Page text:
An extraordinary system of cultural and historical resources.

Preservation Planning

Preservation Planning

A Closer Look

2008-2014 Preservation Plan

We invite you to read and/or download Idaho's "A View to the Future," the 2008-2014 Preservation Plan.  Please send us your comments, ideas, and suggestions.  Contact us.


Historic preservation planning is the management of resources to achieve long-range goals. Whether it is an effort to protect one specific historic building, or try to evaluate the importance of a wide range of historic properties in a large geographic region, or any number of other broad history-related questions – these and more are issues that planning tries to address.

The State Historic Preservation Office (SHPO) is responsible for developing a comprehensive long-term historic preservation plan for the state. This plan, “A View to the Future,” has been a guideline for SHPO activities for many years and has been approved by the National Park Service (NPS).  It also serves as a general guide for local governments, historical societies, and individuals interested in Idaho’s historic places and history.

The major components of Idaho’s historic preservation plan, “A View to the Future,” are: SHPO Program Overview; Idaho's Cultural Resources and the Trends Affecting Them; Development of the Comprehensive Plan; and Goals and Objectives.

One of the most important components of the overall historic preservation planning process is the development of “historic contexts.”  A context is a body of knowledge in the form of one or more written documents which is defined by three elements:  a theme, a time period, and a geographic region.  These three items must be clearly understood before any property can be properly and accurately evaluated for its historic significance.  In other words, to understand why a site is significant to our history, we must be able to identify how a property reflects the history for which it may or may not be important – the “what, when, and where” of its existence and how it compares with other similar properties.  This is a large task, and one of the SHPO’s primary long-term responsibilities is to continue its program of developing historic contexts for statewide use and encouraging others to prepare such contexts.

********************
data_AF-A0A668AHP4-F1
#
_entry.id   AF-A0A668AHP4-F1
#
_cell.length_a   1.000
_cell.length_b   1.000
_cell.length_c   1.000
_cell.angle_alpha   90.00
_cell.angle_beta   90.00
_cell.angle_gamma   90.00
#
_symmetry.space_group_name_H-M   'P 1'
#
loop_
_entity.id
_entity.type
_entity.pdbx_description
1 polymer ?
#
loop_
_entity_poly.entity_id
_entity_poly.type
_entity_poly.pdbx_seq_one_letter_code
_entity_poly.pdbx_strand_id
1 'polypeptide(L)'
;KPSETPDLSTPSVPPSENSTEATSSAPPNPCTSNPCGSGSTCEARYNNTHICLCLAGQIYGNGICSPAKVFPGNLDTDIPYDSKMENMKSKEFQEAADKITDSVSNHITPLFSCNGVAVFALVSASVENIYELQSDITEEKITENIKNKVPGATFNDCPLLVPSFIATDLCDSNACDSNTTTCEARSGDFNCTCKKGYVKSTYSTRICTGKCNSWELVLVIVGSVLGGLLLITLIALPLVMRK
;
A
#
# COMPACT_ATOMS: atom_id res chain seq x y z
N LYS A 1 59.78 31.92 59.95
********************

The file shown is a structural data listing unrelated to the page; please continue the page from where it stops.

Another use of the statewide plan is to identify the long-term needs of the State in terms of goals, objectives, and priorities.  This serves as a guidepost not only for the SHPO but anyone interested in conducting historic preservation activities in Idaho – what are the most important things we can be studying and identifying with our limited resources?  What properties are disappearing the fastest?  Can we (or even should we) do anything to slow that down?  Preservation planning helps establish policy, helps coordinate disconnected activities by various entities, and helps set direction for those interested in Idaho’s history and its historic properties.

The Idaho SHPO places a very high value on the input of the state’s citizens in helping to identify the long-term goals, objectives, and priorities of historic preservation in Idaho.  Public input is critical to a successful plan.  We invite you to read “A View to the Future” and to send us your comments, ideas, and suggestions at any time.

For more information or assistance call  (208) 488-7471 or e-mail.